Long-term trends in anthropogenic land use in Siberia and the Russian Far East: a case study synthesis from Landsat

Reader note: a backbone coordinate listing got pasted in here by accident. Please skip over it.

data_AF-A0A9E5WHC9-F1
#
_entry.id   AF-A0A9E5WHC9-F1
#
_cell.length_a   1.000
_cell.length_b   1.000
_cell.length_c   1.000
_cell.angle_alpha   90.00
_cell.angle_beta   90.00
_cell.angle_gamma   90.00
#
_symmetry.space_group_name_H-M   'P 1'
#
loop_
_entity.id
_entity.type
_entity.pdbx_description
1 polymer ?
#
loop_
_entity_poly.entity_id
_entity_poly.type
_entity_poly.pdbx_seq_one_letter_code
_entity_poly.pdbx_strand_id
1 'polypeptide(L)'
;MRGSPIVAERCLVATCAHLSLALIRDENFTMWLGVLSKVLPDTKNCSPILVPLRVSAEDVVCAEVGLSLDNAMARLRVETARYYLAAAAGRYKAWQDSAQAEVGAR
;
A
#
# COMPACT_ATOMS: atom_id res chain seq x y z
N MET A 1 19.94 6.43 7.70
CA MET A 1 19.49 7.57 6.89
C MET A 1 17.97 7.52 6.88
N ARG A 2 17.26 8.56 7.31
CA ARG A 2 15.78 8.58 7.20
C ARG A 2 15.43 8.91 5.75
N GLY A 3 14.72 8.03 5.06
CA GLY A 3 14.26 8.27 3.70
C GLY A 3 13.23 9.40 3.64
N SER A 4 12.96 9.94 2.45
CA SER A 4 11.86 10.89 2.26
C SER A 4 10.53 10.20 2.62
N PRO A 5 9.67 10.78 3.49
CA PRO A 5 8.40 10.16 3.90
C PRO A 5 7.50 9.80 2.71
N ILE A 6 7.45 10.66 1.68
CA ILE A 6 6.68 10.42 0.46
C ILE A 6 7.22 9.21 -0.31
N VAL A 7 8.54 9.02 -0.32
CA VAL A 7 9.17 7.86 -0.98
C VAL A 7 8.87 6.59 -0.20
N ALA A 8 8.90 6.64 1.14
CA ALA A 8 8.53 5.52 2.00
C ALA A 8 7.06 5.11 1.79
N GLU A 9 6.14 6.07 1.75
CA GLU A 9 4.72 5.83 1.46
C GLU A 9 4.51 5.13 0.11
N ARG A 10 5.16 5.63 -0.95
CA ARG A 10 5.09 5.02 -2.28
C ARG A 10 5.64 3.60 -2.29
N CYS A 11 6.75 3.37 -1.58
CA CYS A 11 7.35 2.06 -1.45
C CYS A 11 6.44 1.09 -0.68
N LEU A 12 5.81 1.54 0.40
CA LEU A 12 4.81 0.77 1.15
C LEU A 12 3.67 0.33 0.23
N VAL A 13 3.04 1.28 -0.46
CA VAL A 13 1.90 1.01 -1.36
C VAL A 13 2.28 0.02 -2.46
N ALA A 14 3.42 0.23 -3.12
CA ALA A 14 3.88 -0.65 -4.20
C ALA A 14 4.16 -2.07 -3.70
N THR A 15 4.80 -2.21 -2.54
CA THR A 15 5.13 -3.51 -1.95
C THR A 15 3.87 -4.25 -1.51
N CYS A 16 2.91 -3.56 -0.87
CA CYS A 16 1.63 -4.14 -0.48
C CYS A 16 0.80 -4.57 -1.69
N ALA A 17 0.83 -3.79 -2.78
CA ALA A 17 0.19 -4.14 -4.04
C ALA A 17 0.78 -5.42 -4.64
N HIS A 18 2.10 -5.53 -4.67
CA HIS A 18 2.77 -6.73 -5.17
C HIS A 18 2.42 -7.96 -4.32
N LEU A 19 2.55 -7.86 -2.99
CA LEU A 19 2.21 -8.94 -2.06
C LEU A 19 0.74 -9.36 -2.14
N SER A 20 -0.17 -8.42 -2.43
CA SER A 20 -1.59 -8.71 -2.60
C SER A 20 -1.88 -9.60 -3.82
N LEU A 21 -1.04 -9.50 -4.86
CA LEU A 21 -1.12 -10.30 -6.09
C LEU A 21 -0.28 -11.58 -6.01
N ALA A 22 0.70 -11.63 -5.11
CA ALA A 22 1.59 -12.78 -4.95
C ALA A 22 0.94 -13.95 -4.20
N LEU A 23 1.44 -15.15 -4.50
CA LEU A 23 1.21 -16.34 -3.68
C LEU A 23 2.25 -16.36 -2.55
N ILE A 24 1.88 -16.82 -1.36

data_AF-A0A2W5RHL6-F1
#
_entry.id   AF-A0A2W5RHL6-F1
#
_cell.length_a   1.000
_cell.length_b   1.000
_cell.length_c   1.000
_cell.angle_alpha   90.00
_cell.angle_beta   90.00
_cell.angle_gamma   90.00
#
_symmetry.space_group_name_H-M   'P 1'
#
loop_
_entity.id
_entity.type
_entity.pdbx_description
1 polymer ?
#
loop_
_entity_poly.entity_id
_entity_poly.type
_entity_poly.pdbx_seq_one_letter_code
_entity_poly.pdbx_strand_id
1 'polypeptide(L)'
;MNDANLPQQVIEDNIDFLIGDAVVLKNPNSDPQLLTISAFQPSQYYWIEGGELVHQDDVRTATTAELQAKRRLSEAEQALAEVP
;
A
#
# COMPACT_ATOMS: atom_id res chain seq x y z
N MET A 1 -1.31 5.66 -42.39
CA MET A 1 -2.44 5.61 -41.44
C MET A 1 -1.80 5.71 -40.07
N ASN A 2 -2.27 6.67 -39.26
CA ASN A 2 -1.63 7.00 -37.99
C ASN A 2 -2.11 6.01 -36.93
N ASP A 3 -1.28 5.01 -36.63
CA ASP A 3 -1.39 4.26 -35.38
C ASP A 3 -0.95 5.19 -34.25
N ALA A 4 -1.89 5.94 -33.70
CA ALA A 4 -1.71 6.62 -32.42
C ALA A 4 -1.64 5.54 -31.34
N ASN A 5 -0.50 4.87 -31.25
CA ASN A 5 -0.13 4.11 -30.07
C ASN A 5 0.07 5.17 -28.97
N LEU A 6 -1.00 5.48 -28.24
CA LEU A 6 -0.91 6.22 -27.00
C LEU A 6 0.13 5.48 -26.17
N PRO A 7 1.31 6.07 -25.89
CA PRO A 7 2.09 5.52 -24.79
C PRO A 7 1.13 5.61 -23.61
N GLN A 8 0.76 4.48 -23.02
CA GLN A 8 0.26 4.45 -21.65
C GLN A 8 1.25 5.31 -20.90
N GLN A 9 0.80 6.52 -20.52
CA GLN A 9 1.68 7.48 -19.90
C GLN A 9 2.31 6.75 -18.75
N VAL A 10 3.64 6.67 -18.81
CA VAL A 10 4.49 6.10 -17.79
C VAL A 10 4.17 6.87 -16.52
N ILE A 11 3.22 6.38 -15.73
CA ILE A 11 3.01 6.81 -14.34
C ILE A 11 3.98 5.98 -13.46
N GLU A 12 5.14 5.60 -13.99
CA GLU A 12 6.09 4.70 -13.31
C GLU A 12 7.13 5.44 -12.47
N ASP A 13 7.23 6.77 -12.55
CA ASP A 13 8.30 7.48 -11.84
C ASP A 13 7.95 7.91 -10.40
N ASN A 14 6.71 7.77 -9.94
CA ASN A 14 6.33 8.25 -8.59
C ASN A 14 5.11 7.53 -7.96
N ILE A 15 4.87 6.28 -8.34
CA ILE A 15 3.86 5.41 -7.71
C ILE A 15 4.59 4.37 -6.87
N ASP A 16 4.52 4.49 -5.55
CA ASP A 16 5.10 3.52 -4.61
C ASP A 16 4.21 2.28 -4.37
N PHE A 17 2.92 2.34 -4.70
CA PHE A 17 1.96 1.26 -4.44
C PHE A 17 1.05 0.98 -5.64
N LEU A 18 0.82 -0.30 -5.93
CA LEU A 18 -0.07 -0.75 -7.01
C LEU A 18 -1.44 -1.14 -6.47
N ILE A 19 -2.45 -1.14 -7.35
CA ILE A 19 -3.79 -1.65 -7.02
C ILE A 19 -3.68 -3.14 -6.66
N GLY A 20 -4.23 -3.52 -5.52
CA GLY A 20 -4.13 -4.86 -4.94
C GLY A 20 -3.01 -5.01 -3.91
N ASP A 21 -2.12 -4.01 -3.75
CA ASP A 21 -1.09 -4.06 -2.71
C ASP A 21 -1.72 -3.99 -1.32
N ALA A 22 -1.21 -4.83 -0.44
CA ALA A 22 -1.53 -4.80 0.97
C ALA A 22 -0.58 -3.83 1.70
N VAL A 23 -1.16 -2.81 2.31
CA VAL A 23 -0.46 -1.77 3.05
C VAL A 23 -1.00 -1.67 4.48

As globally important forested areas situated in a context of dramatic socio-economic changes, Siberia and the Russian Far East (RFE) are important regions to monitor for anthropogenic land-use trends. Therefore, we compiled decadal Landsat-derived land-cover and land-use data for eight dominantly rural case study sites in these regions and focused on trends associated with settlements, agriculture, logging, and roads 1975–2010. Several key spatial–temporal trends emerged from the integrated landscape-scale analyses. First, road building increased in all case study sites over the 35-year period, despite widespread socio-economic decline post-1990. Second, increase in settlements area was negligible over all sites. Third, increased road building, largely of minor roads, was especially high in more rugged and remote RFE case study sites not associated with greater agriculture extent or settlement densities. High demands for wood export coupled with the expansion of commercial timber harvest leases starting in the mid-1990s are likely among leading reasons for an increase in roads. Fourth, although fire was the dominant disturbance over all sites and dates combined, logging exerted a strong land-use pattern, serving as a reminder that considering local anthropogenic landscapes is important, especially in Siberia and the RFE, which represent almost 10% of the Earth's terrestrial land surface. The paper concludes by identifying remaining research needs regarding anthropogenic land use in the region: more frequent moderate spatial resolution imagery and greater access to more finely resolved statistical and other spatial data will enable further research.